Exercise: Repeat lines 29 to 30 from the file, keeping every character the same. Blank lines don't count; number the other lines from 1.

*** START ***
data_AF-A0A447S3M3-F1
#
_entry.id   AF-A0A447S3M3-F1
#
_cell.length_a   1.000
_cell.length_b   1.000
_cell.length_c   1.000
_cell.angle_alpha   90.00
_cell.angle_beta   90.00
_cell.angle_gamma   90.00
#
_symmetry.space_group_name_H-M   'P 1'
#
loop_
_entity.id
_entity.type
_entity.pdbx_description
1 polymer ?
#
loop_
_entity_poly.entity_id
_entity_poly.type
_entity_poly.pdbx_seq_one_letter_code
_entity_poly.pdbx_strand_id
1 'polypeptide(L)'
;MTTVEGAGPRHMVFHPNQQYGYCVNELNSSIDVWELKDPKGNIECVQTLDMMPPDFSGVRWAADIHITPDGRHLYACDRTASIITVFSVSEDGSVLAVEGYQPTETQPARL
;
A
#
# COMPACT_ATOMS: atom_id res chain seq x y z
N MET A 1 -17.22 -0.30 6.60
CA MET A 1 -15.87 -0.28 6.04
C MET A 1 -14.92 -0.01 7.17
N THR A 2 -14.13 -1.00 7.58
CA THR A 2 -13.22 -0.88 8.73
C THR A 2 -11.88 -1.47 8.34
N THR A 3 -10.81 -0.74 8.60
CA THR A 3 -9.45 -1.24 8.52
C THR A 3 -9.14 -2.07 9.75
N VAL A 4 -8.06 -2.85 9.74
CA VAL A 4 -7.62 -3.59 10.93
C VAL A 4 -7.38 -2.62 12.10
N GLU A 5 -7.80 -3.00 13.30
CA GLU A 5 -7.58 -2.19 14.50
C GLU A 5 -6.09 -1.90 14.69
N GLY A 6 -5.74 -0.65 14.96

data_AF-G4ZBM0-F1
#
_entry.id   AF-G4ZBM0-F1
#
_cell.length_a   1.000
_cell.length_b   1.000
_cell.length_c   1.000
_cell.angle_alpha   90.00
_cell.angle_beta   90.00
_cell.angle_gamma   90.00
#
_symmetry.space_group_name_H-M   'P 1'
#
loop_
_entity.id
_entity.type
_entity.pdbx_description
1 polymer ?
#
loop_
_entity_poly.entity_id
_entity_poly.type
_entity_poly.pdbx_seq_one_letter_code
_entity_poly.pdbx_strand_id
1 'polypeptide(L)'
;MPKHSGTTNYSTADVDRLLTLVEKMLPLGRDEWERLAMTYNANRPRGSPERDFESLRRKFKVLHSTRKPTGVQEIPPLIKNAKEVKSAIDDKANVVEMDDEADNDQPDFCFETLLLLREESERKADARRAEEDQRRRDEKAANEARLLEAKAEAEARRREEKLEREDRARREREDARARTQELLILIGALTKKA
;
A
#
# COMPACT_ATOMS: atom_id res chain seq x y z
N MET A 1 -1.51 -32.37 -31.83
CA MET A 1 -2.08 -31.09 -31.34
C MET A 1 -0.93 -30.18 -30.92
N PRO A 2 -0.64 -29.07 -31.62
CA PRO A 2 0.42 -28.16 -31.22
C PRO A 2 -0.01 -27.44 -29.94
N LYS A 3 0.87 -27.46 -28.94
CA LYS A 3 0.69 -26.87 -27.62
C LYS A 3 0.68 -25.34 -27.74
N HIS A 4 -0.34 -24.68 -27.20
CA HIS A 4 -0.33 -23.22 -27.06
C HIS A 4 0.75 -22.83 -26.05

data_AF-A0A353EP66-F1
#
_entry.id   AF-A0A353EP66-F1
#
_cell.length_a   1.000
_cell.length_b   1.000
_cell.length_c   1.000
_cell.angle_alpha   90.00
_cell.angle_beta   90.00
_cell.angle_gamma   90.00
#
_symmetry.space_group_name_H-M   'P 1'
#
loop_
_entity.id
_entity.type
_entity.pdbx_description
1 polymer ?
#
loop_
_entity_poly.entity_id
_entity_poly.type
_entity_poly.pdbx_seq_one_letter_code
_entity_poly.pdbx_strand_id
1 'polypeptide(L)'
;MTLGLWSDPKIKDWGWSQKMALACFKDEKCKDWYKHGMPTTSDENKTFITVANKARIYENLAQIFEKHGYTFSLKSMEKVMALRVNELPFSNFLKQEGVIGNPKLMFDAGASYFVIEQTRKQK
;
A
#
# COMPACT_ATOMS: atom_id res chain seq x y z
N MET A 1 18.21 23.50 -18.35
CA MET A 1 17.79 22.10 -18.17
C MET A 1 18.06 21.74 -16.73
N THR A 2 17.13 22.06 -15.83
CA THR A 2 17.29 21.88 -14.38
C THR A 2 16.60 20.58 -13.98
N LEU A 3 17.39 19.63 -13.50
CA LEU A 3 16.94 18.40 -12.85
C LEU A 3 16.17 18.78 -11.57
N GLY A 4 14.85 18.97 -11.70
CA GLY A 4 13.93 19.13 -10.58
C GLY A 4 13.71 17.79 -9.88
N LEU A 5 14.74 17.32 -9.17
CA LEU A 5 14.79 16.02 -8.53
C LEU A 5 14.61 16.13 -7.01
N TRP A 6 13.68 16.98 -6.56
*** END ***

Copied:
#
# COMPACT_ATOMS: atom_id res chain seq x y z